When you feel overwhelmed, underappreciated, unseen, and unfulfilled at work it is hard to believe that you don’t have to throw it all away. You don’t have to quit or escape. In our moments of pain, suffering, and fear it can be hard to see there are other options, much less trust that you have the power to change your professional life. You do have the power stop running and stay in the game.
Kiri’s voice was two octaves higher than usual, his cheeks had red spots, and his hands were balled in fists. He shoved his resume across the brown, shiny conference room table, as he said to me, “I’m done. I can’t take it anymore. I’m quitting. Here’s my resume. What do you think?”
He was angry. We’d reached the tipping point in my client’s frustration and dissatisfaction with his job. And the only solution in Kiri’s mind was to quit and find another job.
I took a deep breath and hoped that Kiri might mirror my breathing and begin to calm down. “Before we begin, let’s go get a cup of coffee in the break room.”
I knew Kiri would not be able to brainstorm nor think rationally when he was amped up on anger fueled adrenaline. I needed Kiri to walk off some of his anger because movement is one of the most effective ways to discharge and neutralize emotions.
When we returned to the conference room, I said, “Before we talk about your resume, let’s first address your anger. Anger is a no. It’s our body’s way of telling us that there has been some type of boundary violation. For example, think about the anger you feel when someone cuts you off in traffic. You’re angry because cutting in line is not fair, you were there first. What do you think your anger might be telling you?”
He paused, the red from his cheeks finally fading, his hands now unclenched and resting on the table, and said on a loud sigh, “That I haven’t had clear boundaries with the other members of the leadership team around how much time and support I can give them on their projects. And, I have allowed myself to be pulled into too many different corporate projects, that, while important to the company, have taken me away from my team and our responsibilities.”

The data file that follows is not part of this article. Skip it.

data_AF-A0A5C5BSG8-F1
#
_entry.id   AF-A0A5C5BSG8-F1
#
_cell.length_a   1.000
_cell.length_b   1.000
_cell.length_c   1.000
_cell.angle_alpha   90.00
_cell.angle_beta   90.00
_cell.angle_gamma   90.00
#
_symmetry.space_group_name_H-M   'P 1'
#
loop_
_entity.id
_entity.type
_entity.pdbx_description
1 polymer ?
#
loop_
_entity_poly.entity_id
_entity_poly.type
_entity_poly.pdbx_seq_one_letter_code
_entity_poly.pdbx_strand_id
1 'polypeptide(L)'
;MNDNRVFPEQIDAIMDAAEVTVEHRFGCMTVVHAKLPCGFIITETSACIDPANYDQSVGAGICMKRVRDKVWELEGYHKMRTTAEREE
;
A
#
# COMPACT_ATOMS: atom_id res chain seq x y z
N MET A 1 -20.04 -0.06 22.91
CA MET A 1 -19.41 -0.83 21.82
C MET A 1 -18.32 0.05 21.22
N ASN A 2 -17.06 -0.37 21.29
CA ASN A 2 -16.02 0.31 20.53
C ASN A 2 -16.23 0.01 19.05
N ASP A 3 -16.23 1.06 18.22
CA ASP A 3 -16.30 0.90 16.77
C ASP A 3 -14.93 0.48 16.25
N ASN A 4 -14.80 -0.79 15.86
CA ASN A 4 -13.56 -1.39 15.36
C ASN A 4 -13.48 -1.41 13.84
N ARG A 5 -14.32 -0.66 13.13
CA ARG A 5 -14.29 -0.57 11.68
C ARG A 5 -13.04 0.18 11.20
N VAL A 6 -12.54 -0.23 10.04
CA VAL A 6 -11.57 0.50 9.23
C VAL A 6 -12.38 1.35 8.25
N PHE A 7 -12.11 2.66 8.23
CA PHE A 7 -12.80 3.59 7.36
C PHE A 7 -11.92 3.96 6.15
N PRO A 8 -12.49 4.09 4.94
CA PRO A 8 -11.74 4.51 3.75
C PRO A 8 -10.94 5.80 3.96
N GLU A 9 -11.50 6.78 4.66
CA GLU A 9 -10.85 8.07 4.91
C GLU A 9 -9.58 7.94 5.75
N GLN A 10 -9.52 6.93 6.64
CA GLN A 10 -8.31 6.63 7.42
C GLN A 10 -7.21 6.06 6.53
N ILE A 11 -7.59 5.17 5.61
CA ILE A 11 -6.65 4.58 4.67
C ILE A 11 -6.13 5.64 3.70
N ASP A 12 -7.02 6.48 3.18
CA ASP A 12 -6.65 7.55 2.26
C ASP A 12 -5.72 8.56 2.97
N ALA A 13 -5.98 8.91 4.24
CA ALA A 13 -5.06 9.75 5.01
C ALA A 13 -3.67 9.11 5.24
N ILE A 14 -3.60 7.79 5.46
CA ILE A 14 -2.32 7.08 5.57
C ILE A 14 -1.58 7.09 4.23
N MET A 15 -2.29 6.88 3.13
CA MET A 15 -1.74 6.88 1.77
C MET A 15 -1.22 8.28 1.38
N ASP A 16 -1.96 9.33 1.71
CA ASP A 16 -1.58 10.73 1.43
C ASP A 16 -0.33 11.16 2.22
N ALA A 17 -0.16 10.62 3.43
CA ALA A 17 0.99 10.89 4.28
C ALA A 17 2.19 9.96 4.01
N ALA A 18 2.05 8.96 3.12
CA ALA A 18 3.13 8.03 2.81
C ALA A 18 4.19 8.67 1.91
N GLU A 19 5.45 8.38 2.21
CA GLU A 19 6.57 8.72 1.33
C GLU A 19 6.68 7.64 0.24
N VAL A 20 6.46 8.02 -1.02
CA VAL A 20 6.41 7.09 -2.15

“And, how has a lack of clear boundaries impacted you and your relationships?” I asked.
“Well, every time Robert, Karen, or Jin ask me for my opinion on a case or advice on how to approach senior leadership to get their buy-in or to take on another joint project, I feel resentful and completely overwhelmed. I feel like I’m leading the entire division without the title or paycheck. I feel like my contributions are not fully recognized by my manager. I feel underappreciated.”
“I’m curious. What’s at stake if you chose to leave?”
Kiri thought about it for a few moments and then said, “Well, first my relationships with my colleagues. If I go to a competitor, they will be hurt and angry. Due to my non-compete, I will have to completely change industries which means I have to basically start my career all over again.” Kiri paused and added, “I don’t know if I’m willing to have any of those things happen.”
I nodded and asked, “Have you ever heard the phrase, ‘wherever you go there you are’?”
“Well, what I would invite you to consider is that if you chose to leave your current job and are struggling with healthy, clear boundaries and communication here, the same situation may also occur in your new position if you don’t change yourself, because there you are.”
Kiri reached across the table and gently pulled his resume back towards him, folded it in half and put it in the spiral notebook he had laid on the table.
“So, what do you choose to do next?” I asked Kiri.
He looked me in the eye and said, “I’ll start with me.”
The challenges you are facing at work will not be solved by changing your work environment. A new job at a new company will be different, but you won’t be different. If Kiri had chosen to leave, he would probably experience the same or a very similar situation at his new job. You must own your “piece of the action.”
Over the next few months, Kiri worked on his communication skills. He identified what healthy boundaries looked and felt like with each of his colleagues. Kiri had multiple, courageous conversations with each member of the leadership team and his manager to realign his contributions to their projects and corporate projects.
Six months after Kiri had thrust his resume across the table at me, he called me on his way home early on a Friday afternoon to prepare for his daughter’s birthday party that weekend. With joy and excitement in his voice, he told me he had just launched the company’s first internship program and his team had just supported the sales team in closing their largest account in the year.
Kiri took ownership and made his job work for him.